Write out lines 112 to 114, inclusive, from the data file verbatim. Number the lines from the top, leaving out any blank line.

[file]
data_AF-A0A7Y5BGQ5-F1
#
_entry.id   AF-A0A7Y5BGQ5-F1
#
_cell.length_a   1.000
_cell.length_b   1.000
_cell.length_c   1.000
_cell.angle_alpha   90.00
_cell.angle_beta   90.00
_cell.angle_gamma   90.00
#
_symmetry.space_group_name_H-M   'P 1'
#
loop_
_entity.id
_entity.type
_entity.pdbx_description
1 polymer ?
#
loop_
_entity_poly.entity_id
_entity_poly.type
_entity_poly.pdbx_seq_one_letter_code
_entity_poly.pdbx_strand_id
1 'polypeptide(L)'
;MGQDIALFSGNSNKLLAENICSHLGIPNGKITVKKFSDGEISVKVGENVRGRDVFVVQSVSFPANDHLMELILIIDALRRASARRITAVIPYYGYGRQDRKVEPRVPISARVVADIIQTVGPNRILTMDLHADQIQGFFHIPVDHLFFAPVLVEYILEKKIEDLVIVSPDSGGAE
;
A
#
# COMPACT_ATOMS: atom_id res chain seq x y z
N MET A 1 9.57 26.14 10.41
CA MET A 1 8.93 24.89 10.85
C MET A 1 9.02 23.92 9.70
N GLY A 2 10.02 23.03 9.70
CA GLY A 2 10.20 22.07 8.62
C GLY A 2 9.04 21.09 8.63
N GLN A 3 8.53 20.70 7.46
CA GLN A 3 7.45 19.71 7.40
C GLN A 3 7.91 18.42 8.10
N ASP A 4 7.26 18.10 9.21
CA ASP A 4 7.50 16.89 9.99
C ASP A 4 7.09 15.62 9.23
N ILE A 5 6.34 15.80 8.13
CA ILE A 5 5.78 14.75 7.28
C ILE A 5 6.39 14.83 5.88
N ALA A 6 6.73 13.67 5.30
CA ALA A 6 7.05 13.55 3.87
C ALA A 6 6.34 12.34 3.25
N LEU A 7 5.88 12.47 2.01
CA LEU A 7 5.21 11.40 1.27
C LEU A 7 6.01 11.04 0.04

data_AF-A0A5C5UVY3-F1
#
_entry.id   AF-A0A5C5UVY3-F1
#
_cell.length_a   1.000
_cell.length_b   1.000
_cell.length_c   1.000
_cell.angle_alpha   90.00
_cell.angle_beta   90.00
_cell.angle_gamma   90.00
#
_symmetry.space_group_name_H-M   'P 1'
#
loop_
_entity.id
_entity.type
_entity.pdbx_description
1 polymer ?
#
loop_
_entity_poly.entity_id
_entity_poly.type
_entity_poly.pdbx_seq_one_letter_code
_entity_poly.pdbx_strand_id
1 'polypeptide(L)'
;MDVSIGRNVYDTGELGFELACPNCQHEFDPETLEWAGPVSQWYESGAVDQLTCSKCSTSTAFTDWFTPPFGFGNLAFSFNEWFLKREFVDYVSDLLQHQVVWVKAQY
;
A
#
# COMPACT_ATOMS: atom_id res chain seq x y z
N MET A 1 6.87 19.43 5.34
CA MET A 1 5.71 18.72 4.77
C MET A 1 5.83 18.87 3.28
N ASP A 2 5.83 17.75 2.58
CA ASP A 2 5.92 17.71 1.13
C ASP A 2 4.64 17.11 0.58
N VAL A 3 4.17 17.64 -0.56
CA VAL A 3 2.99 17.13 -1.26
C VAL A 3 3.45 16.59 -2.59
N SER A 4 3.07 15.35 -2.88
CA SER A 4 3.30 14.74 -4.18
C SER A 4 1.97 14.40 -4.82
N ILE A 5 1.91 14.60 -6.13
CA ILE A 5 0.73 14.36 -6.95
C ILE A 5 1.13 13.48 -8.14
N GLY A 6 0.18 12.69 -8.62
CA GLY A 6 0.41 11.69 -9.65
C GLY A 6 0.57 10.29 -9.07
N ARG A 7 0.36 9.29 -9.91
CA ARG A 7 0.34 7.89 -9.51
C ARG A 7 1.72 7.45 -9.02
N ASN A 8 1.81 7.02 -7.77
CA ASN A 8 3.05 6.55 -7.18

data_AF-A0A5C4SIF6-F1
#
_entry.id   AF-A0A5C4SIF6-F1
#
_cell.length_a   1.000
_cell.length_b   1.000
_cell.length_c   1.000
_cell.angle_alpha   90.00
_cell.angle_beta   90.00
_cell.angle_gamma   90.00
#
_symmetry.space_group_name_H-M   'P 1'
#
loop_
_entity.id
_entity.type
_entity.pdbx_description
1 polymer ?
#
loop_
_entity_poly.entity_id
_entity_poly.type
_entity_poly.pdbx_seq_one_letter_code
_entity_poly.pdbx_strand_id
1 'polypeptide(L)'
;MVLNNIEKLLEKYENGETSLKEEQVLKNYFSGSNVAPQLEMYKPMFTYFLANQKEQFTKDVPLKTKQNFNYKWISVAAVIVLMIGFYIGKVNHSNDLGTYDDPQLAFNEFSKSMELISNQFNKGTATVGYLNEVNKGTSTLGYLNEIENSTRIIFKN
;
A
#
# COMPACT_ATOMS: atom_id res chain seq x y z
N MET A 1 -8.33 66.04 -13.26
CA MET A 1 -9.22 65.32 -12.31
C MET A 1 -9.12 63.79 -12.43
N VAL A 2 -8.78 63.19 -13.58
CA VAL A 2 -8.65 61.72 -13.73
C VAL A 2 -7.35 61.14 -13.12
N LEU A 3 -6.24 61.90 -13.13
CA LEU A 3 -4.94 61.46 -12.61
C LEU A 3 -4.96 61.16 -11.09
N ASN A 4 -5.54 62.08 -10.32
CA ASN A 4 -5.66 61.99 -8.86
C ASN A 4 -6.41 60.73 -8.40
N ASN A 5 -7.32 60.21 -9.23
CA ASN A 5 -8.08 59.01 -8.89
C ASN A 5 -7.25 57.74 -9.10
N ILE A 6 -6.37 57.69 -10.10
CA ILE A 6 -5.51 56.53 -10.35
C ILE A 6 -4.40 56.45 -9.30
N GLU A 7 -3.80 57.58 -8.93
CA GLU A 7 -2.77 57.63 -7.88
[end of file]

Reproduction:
_cell.angle_alpha   90.00
_cell.angle_beta   90.00
_cell.angle_gamma   90.00